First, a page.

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The Surprising Inspiration Behind These Iconic Rick And Morty Characters

One could accurately call Adult Swim's animated series Rick and Morty the weirdest show on television, but they would still be only half-right; it's simply one of the weirdest shows ever made, full stop. The adventures of the alcoholic, misanthropic, dimension-hopping mad scientist Rick Sanchez and his increasingly battle-scarred young grandson Morty Smith (both voiced by the show's co-creator Justin Roiland) seem specifically designed to push at the boundaries of animation, story structure, and good taste. The Golden Age of TV has given us no shortage of morally ambiguous antiheroes, both live-action (like Breaking Bad's Walter White) and animated (like BoJack Horseman's titular cad), but Rick is in a class all by himself. Sure, as the smartest man in the universe, he's the first guy you'd want to turn to if the world needs saving, but he's just as likely to leave it a smoking ruin before abandoning it for an alternate universe (a failsafe he has employed on more than one occasion).

As totally bonkers as the show can get, it's tempting to believe that the inspiration for the bulk of Rick and Morty's characters and situations simply must be drugs and-or alcohol; heck, Roiland has admitted to occasionally getting full-on plastered before stepping into the booth to record lines for his perpetually drunken protagonist. This, however, is not necessarily the case. You may know that Rick and Morty themselves were inspired by the characters of Emmett "Doc" Brown and Marty McFly from the classic Back to the Future film series (or, more specifically, a jaw-droppingly vulgar short based on said characters, which Roiland created back in 2006). But when it comes to perhaps the most put-upon character in the entire series — the Smith family's patriarch and doormat, Jerry — Roiland's muse was nothing short of whimsical.

Justin Roiland named Jerry after his best four-legged friend

Jerry Smith (Chris Parnell) might be little-loved by ... well, pretty much everybody, but there's no doubt that his namesake is absolutely beloved by Roiland. Jerry is named after Roiland's dog, a diminutive, 13-year old pooch who is just cute as a button. (We know what you're thinking, and no, we have also never in our lives heard of a dog named "Jerry" before.) In August of 2020, Roiland shared with his fans on Instagram that a tumor had been discovered inside Jerry's nose, writing, "Little Jerry guy has cancer. For anyone who knows me, you'll know how destroyed I am. Going to do whatever I can to fight it and make him as comfortable and loved as possible for as long as I can." (What? No, we're not crying. Just a bit of dust in the old peepers, that's all.)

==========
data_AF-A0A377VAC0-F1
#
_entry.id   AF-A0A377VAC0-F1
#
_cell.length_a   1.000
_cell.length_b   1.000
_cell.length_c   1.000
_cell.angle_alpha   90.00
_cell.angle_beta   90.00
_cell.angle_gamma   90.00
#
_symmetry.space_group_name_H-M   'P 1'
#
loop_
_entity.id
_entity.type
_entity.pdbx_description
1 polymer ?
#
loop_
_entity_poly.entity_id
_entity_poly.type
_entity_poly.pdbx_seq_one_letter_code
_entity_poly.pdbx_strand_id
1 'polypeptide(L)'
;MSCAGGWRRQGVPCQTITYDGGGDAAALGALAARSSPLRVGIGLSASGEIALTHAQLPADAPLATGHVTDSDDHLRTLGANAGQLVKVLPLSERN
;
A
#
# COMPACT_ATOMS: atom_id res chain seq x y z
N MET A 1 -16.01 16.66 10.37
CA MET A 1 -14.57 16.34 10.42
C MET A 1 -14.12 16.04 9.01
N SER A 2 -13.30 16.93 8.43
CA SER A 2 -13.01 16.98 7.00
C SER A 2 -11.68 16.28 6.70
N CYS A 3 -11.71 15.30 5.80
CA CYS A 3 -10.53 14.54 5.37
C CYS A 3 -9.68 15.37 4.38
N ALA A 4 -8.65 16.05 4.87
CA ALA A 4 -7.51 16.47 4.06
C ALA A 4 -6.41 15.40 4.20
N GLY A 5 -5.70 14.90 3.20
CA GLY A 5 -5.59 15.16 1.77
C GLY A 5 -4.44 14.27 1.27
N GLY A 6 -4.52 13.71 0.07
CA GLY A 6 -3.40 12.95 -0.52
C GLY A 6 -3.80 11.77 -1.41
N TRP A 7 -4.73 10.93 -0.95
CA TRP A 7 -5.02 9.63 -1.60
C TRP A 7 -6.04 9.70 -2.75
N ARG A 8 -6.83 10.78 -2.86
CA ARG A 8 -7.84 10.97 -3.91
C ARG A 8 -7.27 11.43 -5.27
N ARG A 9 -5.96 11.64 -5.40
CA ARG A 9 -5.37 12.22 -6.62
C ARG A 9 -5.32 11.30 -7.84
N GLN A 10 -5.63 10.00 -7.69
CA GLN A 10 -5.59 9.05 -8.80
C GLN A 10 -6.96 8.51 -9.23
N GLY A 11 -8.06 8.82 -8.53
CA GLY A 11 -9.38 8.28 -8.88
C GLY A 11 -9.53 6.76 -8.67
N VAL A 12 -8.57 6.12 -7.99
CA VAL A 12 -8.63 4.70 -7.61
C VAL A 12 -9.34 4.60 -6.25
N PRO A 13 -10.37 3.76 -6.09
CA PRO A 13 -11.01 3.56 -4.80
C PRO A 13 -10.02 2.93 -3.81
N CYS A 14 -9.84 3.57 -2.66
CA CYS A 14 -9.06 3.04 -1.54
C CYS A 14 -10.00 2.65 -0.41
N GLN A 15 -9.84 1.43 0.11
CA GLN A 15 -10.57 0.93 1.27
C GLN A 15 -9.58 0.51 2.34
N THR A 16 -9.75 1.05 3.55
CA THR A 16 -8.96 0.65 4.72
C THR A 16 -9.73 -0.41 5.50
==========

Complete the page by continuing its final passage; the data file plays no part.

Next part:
Fortunately, Jerry the dog's luck turned around in a way that Jerry the human's seldom does. In December 2020, Roiland updated his Instagram followers with the best news possible. "Jerry has recovered," he wrote. "He had to have radiation and it was rough. He was weak and not well and all the hair on his face came off. But now he's back to himself, hair grew back and very happy and healthy. He'll be 14 in April next year. Hope he lives till 60 in human years."

As do we. While it's not clear why Roiland chose to name the most sad-sack character on Rick and Morty after his little Jerry guy, it just so happens that he was also the visual inspiration for a season 1 character just as badass as Roiland's pooch would eventually prove himself to be.

Jerry the dog influenced the look of a classic Rick and Morty villain

Longtime Rick and Morty fans have probably already put together who we're referring to: Snuffles, the Smith family dog first seen in the series' second episode, "Lawnmower Dog," who bears a striking resemblance to Roiland's four-legged friend. In the episode, Jerry is having trouble housebreaking the pooch, so Rick assists in a very Rick-like way: By fashioning a special I.Q.-enhancing helmet which enables Snuffles to understand human speech. 

Of course, this backfires horribly, and Snuffles subsequently becomes far more intelligent than Rick had intended. He builds himself a cybernetic suit, adopts the much-more-dignified name "Snowball" (a reference to the classic George Orwell novel Animal Farm), and turns the tables on the family, keeping them as pets and threatening them with bodily harm should they step out of line. (He even, terrifyingly, threatens to "fix" Jerry.)

Snowball then begins replicating his tech to build an army of intelligent dogs with the aim of taking over the world — but, fortunately for humanity, Snowball has a dream in which Morty, the only human who ever loved him, dies due to his actions. Realizing that conquest is not the answer, he and the rest of the dogs depart for an alternate dimension, where they can rule over "Dogworld" in peace.

It's a brilliant episode and a sweet tribute to Jerry (the dog, not that loser Jerry Smith). Since Roiland's little buddy is still around after beating cancer, perhaps he's not done making his presence felt on Rick and Morty; after all, fans have long been quick to note that Snowball is still out there, and to speculate that someday, he may decide that he let those damn humans get off too easy.